Slow Food Thoughts

Filed in Gather Food Essential by on April 15, 2010 0 Comments

I’ve been thinking about and reading about the slow food movement. Slow food is a reaction to the fast food movement. While I was a child of McDonalds, I’ve learned to cook and appreciate vegetables, fruits, and other foods. I enjoy the cooking process and it’s nice not to rush. My cooking process is not complex; I am far from being a fantastic cook and even more distanced from being a chef. Just taking the time to use pots, pans, stove, and an oven in place of the microwave is a good start. That’s not to say I won’t use the microwave for reheating leftovers.

So what is slow cooking? From the article, Turning the Tables,

Like so many other aspects of modern life, slow food can trace its roots to McDonald’s. It was 1986, and the world’s largest fast-food chain had just opened its 9,007th location—at the Piazza di Spagna in Rome. This was a square with a fountain that dated back to 1627, nestled at the base of a staircase, the biggest in Europe, built in 1723, beside which John Keats died in 1821. This was a square where you could now buy a Big Mac for a few hundred lire…

“The McDonald’s issue is just an episode,” says the now 60-year-old Italian, explaining that it wasn’t just the creepy rictus of Ronald McDonald that inspired him. Shortly after the Spanish Steps incident, Petrini went home to Piedmont and stopped to have dinner in one of his favorite osterias. “There is a traditional dish called peperonata,” he says. “But when I went back, the peppers were tasteless. The owner said these peppers came from the Netherlands—grown in hydro-culture, perfectly uniform, and shipped thirty to a box. We have wonderful peppers in Piedmont! But now farmers stopped growing them because the Dutch ones were cheaper.”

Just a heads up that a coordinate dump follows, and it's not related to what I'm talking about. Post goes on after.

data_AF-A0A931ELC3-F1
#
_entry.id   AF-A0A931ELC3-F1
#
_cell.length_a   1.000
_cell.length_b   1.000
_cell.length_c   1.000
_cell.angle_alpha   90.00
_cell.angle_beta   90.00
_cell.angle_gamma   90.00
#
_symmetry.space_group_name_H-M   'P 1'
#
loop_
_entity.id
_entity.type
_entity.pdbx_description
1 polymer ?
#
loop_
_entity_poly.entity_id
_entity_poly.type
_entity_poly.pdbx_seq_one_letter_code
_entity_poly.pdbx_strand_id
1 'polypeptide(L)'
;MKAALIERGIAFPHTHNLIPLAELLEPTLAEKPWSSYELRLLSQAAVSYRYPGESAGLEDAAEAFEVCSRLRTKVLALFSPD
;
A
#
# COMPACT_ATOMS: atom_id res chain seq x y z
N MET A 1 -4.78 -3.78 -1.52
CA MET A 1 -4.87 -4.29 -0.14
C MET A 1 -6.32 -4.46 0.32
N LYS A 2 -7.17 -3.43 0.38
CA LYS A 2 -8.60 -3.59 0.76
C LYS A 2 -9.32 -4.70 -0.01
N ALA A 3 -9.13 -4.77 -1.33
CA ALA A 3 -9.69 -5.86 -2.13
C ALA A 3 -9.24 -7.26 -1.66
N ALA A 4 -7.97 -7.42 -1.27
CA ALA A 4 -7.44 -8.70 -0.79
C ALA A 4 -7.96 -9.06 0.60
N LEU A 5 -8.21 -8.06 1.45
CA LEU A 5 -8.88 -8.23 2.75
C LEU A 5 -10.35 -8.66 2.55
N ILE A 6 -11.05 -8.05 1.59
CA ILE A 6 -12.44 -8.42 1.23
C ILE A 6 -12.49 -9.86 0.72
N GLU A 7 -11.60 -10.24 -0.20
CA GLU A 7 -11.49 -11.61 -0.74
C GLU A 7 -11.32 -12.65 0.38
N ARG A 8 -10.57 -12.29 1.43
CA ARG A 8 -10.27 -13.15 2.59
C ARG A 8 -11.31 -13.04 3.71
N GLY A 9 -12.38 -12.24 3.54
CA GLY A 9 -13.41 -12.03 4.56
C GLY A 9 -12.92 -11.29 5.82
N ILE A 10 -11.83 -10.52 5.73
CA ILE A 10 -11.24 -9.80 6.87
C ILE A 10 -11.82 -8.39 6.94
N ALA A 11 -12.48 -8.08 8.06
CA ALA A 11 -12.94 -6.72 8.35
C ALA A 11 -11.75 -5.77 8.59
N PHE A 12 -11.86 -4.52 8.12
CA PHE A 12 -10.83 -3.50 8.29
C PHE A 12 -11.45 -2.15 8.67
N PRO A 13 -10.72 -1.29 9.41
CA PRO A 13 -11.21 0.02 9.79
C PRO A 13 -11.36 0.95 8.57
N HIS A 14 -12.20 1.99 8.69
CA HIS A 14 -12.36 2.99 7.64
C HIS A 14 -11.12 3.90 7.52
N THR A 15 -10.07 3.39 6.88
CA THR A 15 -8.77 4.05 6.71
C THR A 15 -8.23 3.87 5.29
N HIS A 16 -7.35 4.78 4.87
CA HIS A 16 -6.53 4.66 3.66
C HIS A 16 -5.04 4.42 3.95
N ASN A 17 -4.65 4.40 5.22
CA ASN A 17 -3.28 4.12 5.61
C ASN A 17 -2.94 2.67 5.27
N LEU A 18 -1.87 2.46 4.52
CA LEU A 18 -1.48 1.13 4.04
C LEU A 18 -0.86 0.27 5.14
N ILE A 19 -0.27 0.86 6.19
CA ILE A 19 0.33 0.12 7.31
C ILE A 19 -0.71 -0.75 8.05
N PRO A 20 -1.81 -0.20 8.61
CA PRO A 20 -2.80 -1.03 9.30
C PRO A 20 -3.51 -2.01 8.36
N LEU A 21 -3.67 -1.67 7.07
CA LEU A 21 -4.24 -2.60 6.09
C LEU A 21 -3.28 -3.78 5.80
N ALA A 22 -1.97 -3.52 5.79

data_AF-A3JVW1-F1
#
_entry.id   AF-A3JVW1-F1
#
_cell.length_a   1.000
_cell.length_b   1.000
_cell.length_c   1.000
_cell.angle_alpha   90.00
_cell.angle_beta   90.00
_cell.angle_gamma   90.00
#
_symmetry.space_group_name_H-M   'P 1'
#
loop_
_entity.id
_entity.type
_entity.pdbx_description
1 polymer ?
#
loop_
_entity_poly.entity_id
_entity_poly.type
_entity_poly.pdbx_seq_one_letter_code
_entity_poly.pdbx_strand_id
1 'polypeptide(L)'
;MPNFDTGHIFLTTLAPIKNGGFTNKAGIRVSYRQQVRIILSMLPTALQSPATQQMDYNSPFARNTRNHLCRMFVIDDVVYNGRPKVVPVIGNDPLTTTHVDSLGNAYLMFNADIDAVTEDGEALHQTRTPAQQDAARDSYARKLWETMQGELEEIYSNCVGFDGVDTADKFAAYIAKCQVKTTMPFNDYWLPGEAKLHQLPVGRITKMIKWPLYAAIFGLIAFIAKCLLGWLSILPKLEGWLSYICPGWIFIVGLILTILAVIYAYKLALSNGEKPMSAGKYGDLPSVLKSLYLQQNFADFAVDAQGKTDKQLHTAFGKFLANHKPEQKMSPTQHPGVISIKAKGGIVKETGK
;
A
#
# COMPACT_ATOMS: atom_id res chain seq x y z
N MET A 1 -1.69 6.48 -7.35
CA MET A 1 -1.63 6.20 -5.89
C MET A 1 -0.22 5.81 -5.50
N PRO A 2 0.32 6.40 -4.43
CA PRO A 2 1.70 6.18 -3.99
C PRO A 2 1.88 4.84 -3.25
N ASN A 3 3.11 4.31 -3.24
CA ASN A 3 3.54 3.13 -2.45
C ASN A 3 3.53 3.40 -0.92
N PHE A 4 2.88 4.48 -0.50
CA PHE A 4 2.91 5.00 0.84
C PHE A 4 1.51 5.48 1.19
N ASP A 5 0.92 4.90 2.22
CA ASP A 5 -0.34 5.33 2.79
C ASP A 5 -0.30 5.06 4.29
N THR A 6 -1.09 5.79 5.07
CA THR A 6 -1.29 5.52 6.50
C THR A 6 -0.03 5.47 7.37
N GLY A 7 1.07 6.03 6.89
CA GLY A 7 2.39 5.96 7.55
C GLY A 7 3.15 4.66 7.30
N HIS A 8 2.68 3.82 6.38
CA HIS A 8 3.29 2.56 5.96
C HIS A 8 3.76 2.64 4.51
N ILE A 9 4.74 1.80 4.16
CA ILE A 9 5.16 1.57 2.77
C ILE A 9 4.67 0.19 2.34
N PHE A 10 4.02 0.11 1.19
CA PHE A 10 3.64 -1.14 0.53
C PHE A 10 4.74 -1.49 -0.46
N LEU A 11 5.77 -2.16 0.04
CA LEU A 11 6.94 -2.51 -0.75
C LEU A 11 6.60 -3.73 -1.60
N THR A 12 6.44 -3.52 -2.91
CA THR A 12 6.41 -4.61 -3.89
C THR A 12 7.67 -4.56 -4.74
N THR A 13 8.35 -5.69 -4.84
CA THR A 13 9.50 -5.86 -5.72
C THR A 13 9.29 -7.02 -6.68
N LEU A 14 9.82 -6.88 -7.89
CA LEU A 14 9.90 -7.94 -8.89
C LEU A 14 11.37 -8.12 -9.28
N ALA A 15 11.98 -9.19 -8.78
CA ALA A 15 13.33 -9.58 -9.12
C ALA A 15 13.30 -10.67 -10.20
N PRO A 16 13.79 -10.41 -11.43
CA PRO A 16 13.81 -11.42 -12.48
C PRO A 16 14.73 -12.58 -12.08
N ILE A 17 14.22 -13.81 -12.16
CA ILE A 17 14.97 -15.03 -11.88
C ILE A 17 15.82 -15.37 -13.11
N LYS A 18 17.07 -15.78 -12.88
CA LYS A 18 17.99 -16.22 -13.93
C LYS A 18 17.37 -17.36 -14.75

This is not an article about the evils of McDonalds. Food is a choice. That is the key to this article – to present information and choices for people that want alternatives to fast food. I like mom and pop restaurants and offbeat restaurants. The Olive Garden makes nice Italian meals; the family-owned Italian restaurants in the North End of Boston and East Boston make better food. I’d rather give my money to a family making a living by running a quality restaurant. And cooking the meal at home for myself or friends is even nicer.

For those interested in learning more about slow food, you will find the following sites interesting:

About the Author ()

I am a writer and a teacher of English as a Second Language who is also interested in social entrepreneurship. I teach online at You can view my eduFire profile at

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